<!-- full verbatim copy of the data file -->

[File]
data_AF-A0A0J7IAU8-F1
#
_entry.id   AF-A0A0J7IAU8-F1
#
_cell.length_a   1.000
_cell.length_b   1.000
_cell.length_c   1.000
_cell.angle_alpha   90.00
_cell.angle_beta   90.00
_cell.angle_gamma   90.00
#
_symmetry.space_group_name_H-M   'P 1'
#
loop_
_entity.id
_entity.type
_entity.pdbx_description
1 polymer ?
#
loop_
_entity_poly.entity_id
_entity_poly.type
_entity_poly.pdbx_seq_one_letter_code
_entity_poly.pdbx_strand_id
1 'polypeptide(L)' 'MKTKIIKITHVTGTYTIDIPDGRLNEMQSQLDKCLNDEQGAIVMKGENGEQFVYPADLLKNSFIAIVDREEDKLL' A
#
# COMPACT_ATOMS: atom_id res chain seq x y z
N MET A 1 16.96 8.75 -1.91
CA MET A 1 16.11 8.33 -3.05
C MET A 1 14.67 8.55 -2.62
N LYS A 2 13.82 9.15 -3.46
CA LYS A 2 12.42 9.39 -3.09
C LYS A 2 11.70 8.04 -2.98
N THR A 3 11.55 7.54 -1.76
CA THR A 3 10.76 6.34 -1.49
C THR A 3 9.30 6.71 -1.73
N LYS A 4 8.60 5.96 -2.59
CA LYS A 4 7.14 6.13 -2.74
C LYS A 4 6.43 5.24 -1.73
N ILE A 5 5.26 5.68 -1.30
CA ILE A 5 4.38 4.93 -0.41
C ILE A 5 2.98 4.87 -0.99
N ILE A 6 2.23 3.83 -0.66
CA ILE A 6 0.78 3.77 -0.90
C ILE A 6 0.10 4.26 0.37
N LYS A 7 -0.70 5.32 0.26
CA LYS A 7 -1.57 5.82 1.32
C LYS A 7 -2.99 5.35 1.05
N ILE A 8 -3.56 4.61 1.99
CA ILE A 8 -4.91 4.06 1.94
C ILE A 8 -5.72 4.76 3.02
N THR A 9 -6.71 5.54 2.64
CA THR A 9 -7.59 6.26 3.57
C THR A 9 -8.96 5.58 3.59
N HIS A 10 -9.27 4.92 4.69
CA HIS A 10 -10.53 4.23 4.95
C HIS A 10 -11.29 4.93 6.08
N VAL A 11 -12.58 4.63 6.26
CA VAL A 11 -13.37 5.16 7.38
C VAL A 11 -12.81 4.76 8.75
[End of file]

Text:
data_AF-A0A0J7IAU8-F1
#
_entry.id   AF-A0A0J7IAU8-F1
#
_cell.length_a   1.000
_cell.length_b   1.000
_cell.length_c   1.000
_cell.angle_alpha   90.00
_cell.angle_beta   90.00
_cell.angle_gamma   90.00
#
_symmetry.space_group_name_H-M   'P 1'
#
loop_
_entity.id
_entity.type
_entity.pdbx_description
1 polymer ?
#
loop_
_entity_poly.entity_id
_entity_poly.type
_entity_poly.pdbx_seq_one_letter_code
_entity_poly.pdbx_strand_id
1 'polypeptide(L)' 'MKTKIIKITHVTGTYTIDIPDGRLNEMQSQLDKCLNDEQGAIVMKGENGEQFVYPADLLKNSFIAIVDREEDKLL' A
#
# COMPACT_ATOMS: atom_id res chain seq x y z
N MET A 1 16.96 8.75 -1.91
CA MET A 1 16.11 8.33 -3.05
C MET A 1 14.67 8.55 -2.62
N LYS A 2 13.82 9.15 -3.46
CA LYS A 2 12.42 9.39 -3.09
C LYS A 2 11.70 8.04 -2.98
N THR A 3 11.55 7.54 -1.76
CA THR A 3 10.76 6.34 -1.49
C THR A 3 9.30 6.71 -1.73
N LYS A 4 8.60 5.96 -2.59
CA LYS A 4 7.14 6.13 -2.74
C LYS A 4 6.43 5.24 -1.73
N ILE A 5 5.26 5.68 -1.30
CA ILE A 5 4.38 4.93 -0.41
C ILE A 5 2.98 4.87 -0.99
N ILE A 6 2.23 3.83 -0.66
CA ILE A 6 0.78 3.77 -0.90
C ILE A 6 0.10 4.26 0.37
N LYS A 7 -0.70 5.32 0.26
CA LYS A 7 -1.57 5.82 1.32
C LYS A 7 -2.99 5.35 1.05
N ILE A 8 -3.56 4.61 1.99
CA ILE A 8 -4.91 4.06 1.94
C ILE A 8 -5.72 4.76 3.02
N THR A 9 -6.71 5.54 2.64
CA THR A 9 -7.59 6.26 3.57
C THR A 9 -8.96 5.58 3.59
N HIS A 10 -9.27 4.92 4.69
CA HIS A 10 -10.53 4.23 4.95
C HIS A 10 -11.29 4.93 6.08
N VAL A 11 -12.58 4.63 6.26
CA VAL A 11 -13.37 5.16 7.38
C VAL A 11 -12.81 4.76 8.75